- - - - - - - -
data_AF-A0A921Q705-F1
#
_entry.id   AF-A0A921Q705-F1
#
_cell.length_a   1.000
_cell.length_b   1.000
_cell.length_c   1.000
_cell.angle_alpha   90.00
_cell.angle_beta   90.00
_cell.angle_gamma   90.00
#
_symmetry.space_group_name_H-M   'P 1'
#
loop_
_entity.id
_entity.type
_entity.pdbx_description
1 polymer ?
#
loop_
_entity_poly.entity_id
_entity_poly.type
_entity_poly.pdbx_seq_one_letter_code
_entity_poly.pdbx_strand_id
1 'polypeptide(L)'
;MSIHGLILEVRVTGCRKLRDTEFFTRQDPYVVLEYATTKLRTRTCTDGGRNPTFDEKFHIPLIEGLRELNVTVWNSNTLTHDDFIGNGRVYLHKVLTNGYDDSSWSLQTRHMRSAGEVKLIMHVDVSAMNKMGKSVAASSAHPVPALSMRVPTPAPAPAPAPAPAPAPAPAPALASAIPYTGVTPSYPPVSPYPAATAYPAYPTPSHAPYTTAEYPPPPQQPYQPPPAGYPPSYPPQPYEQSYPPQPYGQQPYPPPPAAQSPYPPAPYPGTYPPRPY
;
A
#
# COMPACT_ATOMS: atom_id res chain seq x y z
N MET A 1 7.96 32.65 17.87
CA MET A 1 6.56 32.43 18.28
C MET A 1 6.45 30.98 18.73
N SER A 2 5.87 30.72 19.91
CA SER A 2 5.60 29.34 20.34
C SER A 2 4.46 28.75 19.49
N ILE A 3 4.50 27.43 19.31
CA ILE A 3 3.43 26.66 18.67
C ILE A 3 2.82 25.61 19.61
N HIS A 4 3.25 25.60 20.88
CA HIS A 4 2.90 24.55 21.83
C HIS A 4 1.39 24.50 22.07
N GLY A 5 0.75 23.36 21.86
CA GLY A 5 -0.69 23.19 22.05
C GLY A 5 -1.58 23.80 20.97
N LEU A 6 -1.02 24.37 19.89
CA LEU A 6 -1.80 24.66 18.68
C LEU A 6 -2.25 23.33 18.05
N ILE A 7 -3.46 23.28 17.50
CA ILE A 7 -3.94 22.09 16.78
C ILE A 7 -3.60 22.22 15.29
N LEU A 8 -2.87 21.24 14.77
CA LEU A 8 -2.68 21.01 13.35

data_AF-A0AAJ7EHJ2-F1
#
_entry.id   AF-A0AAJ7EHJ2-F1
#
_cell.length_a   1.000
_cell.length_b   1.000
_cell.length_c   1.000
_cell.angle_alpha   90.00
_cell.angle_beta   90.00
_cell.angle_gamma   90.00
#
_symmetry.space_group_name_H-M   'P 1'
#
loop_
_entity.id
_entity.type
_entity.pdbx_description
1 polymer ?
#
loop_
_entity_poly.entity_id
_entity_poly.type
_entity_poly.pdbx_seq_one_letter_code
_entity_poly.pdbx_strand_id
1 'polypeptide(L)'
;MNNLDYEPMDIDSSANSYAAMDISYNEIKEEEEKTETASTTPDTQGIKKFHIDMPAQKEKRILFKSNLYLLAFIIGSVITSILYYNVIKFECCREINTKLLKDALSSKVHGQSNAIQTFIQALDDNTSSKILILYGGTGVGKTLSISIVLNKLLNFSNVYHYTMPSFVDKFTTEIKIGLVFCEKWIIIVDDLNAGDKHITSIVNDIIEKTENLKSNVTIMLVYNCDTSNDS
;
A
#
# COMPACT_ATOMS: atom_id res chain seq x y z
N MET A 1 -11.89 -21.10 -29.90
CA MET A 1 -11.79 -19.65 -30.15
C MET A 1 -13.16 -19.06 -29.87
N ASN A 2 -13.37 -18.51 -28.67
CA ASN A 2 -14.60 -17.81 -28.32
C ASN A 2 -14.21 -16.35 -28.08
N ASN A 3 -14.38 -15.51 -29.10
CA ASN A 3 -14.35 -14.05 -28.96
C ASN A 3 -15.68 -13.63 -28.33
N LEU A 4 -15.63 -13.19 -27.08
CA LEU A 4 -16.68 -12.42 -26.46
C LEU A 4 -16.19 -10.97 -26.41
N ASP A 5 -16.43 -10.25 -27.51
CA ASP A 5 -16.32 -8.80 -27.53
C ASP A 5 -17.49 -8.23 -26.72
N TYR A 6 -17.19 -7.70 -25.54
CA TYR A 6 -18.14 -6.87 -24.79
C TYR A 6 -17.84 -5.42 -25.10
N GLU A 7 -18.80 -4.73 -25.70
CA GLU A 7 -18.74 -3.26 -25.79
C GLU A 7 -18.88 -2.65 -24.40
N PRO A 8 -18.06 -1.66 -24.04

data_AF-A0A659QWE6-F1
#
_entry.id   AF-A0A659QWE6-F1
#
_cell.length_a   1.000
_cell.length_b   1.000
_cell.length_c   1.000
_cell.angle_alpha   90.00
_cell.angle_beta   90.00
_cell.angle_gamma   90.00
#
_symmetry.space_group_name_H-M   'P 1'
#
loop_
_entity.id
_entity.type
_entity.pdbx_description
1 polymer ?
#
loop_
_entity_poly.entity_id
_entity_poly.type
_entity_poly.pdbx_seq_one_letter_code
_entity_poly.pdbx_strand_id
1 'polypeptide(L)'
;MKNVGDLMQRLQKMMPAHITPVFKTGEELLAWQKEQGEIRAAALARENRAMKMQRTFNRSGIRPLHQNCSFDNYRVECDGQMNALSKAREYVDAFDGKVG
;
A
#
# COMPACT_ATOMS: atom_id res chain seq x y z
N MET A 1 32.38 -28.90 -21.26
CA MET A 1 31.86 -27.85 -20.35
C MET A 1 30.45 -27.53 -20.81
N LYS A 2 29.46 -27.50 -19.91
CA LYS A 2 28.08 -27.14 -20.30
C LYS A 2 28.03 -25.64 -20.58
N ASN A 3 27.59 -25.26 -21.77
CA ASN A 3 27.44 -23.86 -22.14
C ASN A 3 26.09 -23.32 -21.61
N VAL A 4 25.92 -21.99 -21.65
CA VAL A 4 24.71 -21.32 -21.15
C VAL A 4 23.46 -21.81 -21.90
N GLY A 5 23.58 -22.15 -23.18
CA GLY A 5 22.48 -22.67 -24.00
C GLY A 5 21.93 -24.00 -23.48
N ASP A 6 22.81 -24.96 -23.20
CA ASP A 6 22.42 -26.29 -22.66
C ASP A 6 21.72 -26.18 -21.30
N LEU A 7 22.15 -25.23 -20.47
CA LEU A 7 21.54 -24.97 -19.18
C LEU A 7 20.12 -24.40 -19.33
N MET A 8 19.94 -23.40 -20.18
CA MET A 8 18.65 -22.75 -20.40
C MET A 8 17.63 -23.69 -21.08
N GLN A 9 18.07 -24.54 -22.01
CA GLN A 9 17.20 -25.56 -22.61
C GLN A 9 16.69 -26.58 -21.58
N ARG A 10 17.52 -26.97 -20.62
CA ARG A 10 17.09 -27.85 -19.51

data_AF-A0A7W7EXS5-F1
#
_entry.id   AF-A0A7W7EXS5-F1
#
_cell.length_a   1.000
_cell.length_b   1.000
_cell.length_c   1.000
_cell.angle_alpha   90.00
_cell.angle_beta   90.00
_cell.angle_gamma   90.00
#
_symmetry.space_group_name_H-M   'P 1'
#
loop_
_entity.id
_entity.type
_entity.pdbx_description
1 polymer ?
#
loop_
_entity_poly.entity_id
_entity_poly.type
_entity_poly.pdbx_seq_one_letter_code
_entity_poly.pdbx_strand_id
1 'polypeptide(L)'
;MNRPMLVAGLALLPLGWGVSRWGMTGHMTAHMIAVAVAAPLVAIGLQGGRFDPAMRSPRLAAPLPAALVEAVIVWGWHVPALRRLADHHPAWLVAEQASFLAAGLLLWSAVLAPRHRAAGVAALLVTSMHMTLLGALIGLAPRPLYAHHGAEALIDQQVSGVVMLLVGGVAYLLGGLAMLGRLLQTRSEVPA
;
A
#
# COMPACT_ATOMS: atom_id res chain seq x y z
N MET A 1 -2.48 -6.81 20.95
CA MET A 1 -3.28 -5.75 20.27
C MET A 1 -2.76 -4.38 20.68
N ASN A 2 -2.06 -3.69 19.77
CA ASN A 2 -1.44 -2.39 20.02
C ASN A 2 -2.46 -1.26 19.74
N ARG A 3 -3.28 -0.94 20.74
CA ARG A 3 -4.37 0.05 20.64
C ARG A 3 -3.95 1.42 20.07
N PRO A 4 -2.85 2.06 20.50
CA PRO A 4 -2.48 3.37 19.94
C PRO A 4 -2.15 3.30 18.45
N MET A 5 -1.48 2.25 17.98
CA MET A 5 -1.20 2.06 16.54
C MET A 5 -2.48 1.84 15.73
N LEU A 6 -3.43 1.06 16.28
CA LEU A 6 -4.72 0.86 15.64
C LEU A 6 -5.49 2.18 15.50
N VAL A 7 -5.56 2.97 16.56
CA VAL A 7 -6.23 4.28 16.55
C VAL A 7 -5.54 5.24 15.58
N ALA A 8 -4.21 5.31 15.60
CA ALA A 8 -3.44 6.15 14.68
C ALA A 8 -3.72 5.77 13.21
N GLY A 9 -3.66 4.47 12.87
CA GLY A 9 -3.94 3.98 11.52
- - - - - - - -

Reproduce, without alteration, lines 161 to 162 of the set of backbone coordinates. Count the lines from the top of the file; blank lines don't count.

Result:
CA GLN A 9 17.20 -25.56 -22.61
C GLN A 9 16.69 -26.58 -21.58